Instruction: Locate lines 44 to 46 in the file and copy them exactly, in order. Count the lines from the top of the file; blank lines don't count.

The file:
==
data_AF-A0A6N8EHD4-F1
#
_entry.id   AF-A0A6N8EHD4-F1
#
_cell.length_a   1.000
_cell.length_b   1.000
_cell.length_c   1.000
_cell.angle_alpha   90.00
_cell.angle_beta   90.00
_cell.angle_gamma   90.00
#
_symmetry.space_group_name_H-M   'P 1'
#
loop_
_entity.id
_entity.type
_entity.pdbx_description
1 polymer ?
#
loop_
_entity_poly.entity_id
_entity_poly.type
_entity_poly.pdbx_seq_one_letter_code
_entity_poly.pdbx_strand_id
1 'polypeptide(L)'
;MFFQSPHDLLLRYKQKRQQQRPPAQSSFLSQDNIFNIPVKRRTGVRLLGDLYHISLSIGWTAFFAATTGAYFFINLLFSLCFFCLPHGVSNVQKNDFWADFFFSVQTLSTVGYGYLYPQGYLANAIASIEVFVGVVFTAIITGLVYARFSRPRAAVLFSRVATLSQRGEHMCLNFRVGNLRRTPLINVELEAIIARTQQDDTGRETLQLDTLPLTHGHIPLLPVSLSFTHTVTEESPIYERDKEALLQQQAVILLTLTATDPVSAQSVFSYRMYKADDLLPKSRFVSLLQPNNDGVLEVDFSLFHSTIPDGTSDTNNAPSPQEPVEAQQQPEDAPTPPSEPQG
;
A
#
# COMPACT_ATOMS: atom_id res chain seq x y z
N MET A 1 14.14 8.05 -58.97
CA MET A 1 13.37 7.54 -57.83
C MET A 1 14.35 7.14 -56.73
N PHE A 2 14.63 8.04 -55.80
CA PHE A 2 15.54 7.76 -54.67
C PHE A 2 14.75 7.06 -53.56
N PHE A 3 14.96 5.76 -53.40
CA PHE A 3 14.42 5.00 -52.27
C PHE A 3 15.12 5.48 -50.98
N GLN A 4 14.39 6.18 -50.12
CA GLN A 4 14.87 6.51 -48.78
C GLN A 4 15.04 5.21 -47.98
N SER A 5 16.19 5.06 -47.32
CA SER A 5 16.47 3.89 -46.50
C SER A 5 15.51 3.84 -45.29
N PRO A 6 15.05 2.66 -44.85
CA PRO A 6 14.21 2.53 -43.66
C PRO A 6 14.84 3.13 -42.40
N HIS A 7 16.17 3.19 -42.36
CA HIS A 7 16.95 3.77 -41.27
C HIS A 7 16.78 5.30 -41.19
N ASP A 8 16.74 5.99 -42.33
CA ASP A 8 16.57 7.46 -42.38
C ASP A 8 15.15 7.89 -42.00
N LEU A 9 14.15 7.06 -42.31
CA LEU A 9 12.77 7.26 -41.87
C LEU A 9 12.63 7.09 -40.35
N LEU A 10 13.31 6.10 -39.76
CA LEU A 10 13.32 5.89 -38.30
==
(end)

CA SER A 5 16.47 3.89 -46.50
C SER A 5 15.51 3.84 -45.29
N PRO A 6 15.05 2.66 -44.85